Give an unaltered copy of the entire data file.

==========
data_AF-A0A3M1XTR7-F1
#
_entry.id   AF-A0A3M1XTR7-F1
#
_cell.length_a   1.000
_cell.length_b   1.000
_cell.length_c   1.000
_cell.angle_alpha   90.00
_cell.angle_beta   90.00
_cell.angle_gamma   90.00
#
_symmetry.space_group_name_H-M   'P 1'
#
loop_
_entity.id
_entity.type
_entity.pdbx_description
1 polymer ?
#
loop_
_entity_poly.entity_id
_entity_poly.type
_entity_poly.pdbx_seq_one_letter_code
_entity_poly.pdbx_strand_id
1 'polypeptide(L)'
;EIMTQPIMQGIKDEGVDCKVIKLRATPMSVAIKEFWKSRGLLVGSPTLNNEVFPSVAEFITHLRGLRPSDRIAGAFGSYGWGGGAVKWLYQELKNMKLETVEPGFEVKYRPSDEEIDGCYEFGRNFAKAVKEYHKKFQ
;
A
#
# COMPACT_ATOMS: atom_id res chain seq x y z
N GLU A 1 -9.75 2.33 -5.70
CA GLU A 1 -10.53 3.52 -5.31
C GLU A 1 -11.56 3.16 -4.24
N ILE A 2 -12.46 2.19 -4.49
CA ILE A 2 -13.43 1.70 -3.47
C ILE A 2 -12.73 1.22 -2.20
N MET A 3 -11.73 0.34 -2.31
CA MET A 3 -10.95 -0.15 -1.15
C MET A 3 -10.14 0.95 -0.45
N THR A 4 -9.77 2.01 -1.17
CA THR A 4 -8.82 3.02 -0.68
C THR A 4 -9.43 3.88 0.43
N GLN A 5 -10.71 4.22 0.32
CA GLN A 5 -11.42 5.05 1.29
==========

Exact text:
data_AF-A0A3M1XTR7-F1
#
_entry.id   AF-A0A3M1XTR7-F1
#
_cell.length_a   1.000
_cell.length_b   1.000
_cell.length_c   1.000
_cell.angle_alpha   90.00
_cell.angle_beta   90.00
_cell.angle_gamma   90.00
#
_symmetry.space_group_name_H-M   'P 1'
#
loop_
_entity.id
_entity.type
_entity.pdbx_description
1 polymer ?
#
loop_
_entity_poly.entity_id
_entity_poly.type
_entity_poly.pdbx_seq_one_letter_code
_entity_poly.pdbx_strand_id
1 'polypeptide(L)'
;EIMTQPIMQGIKDEGVDCKVIKLRATPMSVAIKEFWKSRGLLVGSPTLNNEVFPSVAEFITHLRGLRPSDRIAGAFGSYGWGGGAVKWLYQELKNMKLETVEPGFEVKYRPSDEEIDGCYEFGRNFAKAVKEYHKKFQ
;
A
#
# COMPACT_ATOMS: atom_id res chain seq x y z
N GLU A 1 -9.75 2.33 -5.70
CA GLU A 1 -10.53 3.52 -5.31
C GLU A 1 -11.56 3.16 -4.24
N ILE A 2 -12.46 2.19 -4.49
CA ILE A 2 -13.43 1.70 -3.47
C ILE A 2 -12.73 1.22 -2.20
N MET A 3 -11.73 0.34 -2.31
CA MET A 3 -10.95 -0.15 -1.15
C MET A 3 -10.14 0.95 -0.45
N THR A 4 -9.77 2.01 -1.17
CA THR A 4 -8.82 3.02 -0.68
C THR A 4 -9.43 3.88 0.43
N GLN A 5 -10.71 4.22 0.32
CA GLN A 5 -11.42 5.05 1.29